Marcos Martins and his wife, Filomena do Santos, live in Maumetalau aldeia (hamlet) in rural north-central Timor-Leste with their two daughters, who are three and two years old. They are subsistence farmer like most families in their remote mountain village, and they are able to grow enough vegetables so that they can sell some in nearby Liquiçá town – for very little money, truth told, just about $15 each month.
To help Marcos and Filomena have more, and more diverse, food for their girls and themselves, because of their small income, they were prioritized among other villagers for help through CWS Timor Zero Hunger initiative. They, like others, are starting with a hen and a rooster. Since starting to breed them earlier this year, they already have four new chicks and 12 unhatched eggs right now. The eggs go first to add protein to the girls’ diet, and then some are sold for a small supplement to their vegetable profits.
In talking about adding protein, which she now understands to be essential to her daughters’ health, Filomena recently said, “We usually eat only corn and cassava,” but now, with information and “help from CWS, we are changing this.” So far, “we have learned how to raise chickens in a coop, which we built ourselves. This protects them from wild animals and from thieves. They are also vaccinated so they won’t get sick and will be assets to us for some time to come,” she added.
With their poultry-raising in hand, now Marcos and Filomena are preparing a new plot of land for more home gardening. However, access to water is a huge problem in all of Timor-Leste, particular now, during the dry season. So, the family’s existing home garden productivity is quite low. This is why CWS will wait for some time before distributing the seeds to support gardening expansion. And, in the meantime, in preparation for planting, CWS field staff will give farmers the opportunity to learn about water-saving ways to raise vegetables.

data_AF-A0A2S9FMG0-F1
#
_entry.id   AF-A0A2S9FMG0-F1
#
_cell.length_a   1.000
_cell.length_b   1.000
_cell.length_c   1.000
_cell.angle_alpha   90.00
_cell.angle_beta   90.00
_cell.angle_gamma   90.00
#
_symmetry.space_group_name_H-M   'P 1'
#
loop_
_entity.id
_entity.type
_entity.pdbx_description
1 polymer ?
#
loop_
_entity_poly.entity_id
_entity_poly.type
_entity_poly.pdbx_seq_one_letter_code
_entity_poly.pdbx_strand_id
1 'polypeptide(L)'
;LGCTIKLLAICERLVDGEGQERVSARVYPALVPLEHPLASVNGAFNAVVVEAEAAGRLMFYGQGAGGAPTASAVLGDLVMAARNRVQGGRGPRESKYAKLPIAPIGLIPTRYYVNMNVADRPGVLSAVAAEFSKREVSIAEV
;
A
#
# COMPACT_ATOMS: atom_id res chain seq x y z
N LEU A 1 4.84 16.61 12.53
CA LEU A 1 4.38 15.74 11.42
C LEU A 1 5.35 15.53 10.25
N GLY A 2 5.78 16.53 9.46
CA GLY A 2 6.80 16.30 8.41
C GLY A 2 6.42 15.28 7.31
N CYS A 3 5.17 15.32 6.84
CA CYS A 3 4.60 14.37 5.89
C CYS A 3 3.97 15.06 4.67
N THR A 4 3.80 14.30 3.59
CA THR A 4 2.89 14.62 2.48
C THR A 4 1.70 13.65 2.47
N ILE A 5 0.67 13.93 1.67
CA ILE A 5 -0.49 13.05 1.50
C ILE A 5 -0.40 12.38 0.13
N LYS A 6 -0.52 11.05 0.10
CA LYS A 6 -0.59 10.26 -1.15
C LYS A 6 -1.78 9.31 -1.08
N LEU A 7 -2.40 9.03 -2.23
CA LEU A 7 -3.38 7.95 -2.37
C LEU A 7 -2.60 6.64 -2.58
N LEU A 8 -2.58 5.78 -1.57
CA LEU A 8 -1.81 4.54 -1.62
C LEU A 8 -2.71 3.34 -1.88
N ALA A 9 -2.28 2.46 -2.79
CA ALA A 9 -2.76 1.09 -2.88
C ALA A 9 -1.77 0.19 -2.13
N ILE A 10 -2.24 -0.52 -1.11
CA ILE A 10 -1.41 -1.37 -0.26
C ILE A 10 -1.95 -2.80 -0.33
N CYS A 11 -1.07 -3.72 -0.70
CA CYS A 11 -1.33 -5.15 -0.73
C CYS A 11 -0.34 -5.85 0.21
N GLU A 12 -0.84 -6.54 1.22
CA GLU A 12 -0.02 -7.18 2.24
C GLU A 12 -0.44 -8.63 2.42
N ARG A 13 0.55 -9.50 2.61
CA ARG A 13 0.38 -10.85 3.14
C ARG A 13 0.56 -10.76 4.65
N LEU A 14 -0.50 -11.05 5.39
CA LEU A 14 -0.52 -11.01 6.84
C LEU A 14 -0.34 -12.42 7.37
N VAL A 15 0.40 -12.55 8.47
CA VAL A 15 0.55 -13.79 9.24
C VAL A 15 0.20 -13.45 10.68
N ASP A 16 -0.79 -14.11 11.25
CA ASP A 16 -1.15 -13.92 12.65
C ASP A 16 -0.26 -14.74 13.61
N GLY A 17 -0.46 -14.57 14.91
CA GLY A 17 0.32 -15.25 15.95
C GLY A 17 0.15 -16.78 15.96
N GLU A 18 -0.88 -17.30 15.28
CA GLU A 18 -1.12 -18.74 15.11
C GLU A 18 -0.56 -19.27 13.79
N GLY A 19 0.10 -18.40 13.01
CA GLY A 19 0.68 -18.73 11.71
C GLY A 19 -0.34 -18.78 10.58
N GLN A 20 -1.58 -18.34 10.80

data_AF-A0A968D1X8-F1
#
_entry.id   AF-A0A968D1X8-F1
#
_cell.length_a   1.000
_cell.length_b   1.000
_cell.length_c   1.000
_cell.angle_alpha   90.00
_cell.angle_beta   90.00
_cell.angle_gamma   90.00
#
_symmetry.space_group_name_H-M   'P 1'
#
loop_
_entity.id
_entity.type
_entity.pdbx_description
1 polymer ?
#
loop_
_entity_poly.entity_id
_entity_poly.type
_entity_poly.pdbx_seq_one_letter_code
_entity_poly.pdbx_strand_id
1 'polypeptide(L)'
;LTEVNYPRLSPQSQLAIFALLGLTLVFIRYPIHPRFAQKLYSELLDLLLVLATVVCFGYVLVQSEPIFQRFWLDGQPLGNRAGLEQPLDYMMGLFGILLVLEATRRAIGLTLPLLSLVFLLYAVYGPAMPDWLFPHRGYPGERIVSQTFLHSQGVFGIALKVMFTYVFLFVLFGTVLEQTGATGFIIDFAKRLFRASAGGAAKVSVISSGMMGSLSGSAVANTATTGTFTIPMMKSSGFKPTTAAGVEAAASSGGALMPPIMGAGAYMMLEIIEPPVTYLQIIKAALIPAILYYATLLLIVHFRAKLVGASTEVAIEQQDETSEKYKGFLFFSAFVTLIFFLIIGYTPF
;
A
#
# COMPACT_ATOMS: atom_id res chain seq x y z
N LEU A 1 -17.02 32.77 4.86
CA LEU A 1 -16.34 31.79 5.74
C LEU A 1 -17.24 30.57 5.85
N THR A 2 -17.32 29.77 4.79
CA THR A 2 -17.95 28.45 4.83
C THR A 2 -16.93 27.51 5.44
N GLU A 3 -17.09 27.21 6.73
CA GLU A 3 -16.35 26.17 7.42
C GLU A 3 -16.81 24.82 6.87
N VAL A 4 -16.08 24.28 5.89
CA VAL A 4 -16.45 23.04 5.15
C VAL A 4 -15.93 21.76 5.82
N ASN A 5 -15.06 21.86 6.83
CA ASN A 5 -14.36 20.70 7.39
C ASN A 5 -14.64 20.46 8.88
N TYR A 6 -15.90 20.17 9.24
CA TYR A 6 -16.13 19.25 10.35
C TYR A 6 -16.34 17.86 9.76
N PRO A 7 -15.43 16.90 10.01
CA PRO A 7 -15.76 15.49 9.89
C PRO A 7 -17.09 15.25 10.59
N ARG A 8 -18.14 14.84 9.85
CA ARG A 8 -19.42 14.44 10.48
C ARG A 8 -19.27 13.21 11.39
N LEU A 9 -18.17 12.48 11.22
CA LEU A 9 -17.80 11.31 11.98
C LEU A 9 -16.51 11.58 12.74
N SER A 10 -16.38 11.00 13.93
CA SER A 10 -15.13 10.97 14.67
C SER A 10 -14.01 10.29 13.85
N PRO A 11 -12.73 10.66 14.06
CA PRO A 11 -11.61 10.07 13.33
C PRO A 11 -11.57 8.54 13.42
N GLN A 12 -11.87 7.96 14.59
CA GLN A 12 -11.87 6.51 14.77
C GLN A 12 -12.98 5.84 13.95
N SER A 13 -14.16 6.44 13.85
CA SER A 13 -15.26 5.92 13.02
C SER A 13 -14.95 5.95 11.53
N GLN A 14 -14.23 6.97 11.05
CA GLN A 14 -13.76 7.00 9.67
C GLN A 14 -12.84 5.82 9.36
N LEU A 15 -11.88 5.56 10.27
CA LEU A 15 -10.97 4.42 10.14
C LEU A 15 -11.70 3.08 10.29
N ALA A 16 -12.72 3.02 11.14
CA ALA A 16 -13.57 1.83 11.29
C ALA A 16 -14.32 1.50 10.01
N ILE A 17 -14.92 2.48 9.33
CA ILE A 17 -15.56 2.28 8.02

In describing the hamlet’s current water situation, Marcos notes, “We get our water for drinking, cooking, bathing and watering our garden from a spring that’s about 20 meters (220 yards) away down a steep hill by a narrow footpath. My wife and I both collect water every day in plastic containers, which we carry back up the hill.” Among CWS staff working in Maumetalau, this comment was heard, “Most people have no idea how heavy water is!”
FACT: One gallon of water weighs more than eight pounds, and Marcos and Filomena each carry at least two gallons at a time. www.quora.com
In time, CWS will work with Maumetalau and other hamlets, and local government, to assess affordable options for better safe water access. And, in the meantime, with CWS support and their own hard work, Marcos and Filomena will plant more nutritious vegetables to eat and to sell in the market. This will change their income enough that they will be able further to improve their lives and health. “With vegetables, eggs and chicken meat,” we will have a more nutritious and diverse diet, and a bit more money.” This is a good place to start!
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